I got to Whitehall nearly 2 hours before the service was scheduled to start. I was determined to have a clear view of the veterans. When I arrived barely after 9am, the street was already filling up. By 10.45 there was not an empty spot of tarmac or sidewalk visible. Thousands had come out to show their respect. When the 3 men were wheeled into sight, deafening cheers and thunderous applause erupted from the crowd. Tears sprang into my eyes and began to pour down my checks. even now as I write this I am beginning to well up. The 3 men were so bravely holding their heads as high as their frail and aging bodies would allow, gripping their wreaths of poppies. they were remembering. Williams Stone allowed his wreath to be placed on the cenotaph by a member of the Royal Navy, Harry Patch had his placed by a Royal Marine. Henry Allingham refused to give his up. He so badly wanted to lay the wreath himself. but he couldn’t move. he was chocked up, confined to his wheel chair. he was shifting and fidgeting in a futile attempt to place his poppy wreath on the monument. he refused to let go. my tears came even harder. there was not a single eye that was not moist with the heartache that comes only from seeing a once strong, proud, and well decorated war veteran struggle with the simple task of honouring his comrades. He finally released the wreath and it was laid. The imagine of that struggle will forever be implanted in my memory. His determination even at 110, even after 2 World Wars, even after mustard gas poisoning, even after years of hard work, toil, and countless deaths around him...even then he still had his spirit left. he still wated to be strong. that is true courage. I will never forget the faces of those 3 veterans. It was a honour to see them in person. It was a dream come true.


After the service had ended and the 3 veterans were wheeled to 10 Downing Street, I made my way over to Westminster Abbey. During this time of Remembrance the grounds of the Abbey are covered with crosses, wreaths and poppies. Today, scattered between the rows and rows of make-shift memorials, were numerous veterans spanning all the wars. This must be a proud moment for them. They are honoured regardless of the popularity of the armed forces or of the current war. they are respected. they are looked upon as the heroes they truly are. even more tears fell. I was overwhelmed at the amount of lives impacted by war, both past and current. I have always had a soft spot for the military and I have always been interested in learning more about various conflicts. But today, more so than ever, I was reminded just how important, how truly significant, our war heroes are.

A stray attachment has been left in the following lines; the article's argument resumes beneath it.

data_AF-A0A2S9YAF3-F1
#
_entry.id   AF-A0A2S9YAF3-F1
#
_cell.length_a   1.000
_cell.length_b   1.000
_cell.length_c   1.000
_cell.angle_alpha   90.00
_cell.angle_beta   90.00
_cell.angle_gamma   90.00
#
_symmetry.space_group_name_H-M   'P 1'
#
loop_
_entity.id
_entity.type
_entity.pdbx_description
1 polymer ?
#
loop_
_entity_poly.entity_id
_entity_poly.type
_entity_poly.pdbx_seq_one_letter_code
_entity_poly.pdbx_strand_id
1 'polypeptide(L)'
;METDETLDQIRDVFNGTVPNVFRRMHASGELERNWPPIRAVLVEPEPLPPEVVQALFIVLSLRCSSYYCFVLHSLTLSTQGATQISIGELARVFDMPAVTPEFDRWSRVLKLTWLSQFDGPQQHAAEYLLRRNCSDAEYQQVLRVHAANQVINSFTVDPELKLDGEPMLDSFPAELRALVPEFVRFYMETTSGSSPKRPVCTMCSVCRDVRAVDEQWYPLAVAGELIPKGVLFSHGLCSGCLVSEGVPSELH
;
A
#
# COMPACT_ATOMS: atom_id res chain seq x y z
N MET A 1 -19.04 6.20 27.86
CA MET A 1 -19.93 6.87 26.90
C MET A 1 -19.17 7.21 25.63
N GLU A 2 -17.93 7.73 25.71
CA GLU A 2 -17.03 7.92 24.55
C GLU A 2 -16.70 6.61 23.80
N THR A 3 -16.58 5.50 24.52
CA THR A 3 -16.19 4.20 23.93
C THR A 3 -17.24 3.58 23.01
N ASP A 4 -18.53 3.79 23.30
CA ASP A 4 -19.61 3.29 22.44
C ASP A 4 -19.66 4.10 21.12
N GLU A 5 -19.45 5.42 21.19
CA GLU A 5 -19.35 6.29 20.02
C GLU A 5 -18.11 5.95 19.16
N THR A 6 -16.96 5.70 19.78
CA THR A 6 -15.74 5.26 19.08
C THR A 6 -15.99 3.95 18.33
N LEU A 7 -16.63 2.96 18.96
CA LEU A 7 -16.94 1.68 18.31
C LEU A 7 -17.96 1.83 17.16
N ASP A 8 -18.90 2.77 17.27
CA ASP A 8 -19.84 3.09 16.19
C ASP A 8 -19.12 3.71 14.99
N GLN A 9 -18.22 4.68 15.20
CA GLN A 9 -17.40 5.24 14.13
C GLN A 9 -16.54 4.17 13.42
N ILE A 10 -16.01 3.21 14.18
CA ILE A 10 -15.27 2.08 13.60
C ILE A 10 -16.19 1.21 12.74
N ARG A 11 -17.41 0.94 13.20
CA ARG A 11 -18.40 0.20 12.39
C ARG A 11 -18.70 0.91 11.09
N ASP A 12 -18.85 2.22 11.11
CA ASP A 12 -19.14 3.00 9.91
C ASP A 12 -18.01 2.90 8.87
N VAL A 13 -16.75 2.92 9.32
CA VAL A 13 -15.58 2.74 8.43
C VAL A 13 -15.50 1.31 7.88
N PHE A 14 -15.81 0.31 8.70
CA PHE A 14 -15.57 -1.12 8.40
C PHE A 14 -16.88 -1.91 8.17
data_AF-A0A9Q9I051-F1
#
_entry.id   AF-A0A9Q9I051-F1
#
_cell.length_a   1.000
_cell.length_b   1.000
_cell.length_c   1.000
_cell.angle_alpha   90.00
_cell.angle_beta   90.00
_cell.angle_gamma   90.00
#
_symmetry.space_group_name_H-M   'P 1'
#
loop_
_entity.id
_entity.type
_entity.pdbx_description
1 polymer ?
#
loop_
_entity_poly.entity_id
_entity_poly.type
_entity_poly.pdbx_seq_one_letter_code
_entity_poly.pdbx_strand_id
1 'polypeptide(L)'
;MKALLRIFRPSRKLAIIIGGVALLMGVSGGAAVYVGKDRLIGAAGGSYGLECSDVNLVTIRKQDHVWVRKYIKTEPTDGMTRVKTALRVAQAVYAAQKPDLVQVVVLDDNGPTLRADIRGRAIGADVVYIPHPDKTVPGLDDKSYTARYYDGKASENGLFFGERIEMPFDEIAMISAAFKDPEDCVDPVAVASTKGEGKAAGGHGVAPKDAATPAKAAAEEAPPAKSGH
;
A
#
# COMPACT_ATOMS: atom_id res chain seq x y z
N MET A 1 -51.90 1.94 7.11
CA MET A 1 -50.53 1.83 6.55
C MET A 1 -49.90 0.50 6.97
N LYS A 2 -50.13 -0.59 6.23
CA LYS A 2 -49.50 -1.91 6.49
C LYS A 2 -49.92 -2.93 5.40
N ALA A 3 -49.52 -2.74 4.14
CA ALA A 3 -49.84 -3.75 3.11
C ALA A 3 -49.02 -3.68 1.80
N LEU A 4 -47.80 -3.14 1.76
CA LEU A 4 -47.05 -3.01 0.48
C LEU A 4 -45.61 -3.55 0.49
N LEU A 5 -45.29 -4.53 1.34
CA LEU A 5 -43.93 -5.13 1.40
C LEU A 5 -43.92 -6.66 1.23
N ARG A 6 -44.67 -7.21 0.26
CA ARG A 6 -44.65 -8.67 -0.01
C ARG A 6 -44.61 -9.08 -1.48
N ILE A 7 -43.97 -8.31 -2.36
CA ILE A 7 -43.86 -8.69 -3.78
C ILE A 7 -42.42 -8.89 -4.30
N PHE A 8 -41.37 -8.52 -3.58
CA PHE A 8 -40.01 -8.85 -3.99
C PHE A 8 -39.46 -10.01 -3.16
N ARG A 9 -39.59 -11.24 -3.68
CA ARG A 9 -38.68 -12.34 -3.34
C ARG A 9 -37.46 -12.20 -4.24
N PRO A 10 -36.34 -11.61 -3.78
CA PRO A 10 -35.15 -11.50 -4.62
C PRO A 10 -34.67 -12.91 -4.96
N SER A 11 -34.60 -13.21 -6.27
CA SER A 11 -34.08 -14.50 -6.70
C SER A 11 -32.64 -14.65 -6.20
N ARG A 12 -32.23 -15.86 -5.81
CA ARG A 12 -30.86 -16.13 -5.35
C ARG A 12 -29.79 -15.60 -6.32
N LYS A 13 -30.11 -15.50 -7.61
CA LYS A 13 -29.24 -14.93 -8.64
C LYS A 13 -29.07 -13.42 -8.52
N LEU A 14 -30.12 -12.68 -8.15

We Will Remember Them...

5 comments:

kaw said...

I just read an article on Allingham about 5 minutes ago. It's amazing that those three are still alive! It's so awesome that you got to be there for the ceremony!

Kim Watkins

Sohailah said...

thank you for sharing.

Anonymous said...

My eyes welled up just reading this. They are our true heros.
x

Devi said...

Very touching, Kristina. This isn't necessarily the response you're looking for, but I can't help but think it. You NEED to write history books. I know I would buy yours, read it and read it to my children. Your first two paragraphs were particularly excellent.

molly caitlin said...

kristina-

i just now saw your comment and got really excited. your so great and encouraging. now we're blog buddies!

first of all, can i just saw how happy i am that you wrote a whole blog about history? at the moment i taking a break from writing about the election of 1940... history, oh history.

turns out i might actually make my way to amsterdam this summer. nothing is certain and i'm going to be in central america all spring so the logistics are tricky, but i might be on your continent in july!

now i'm going to go stalk you via blogspot.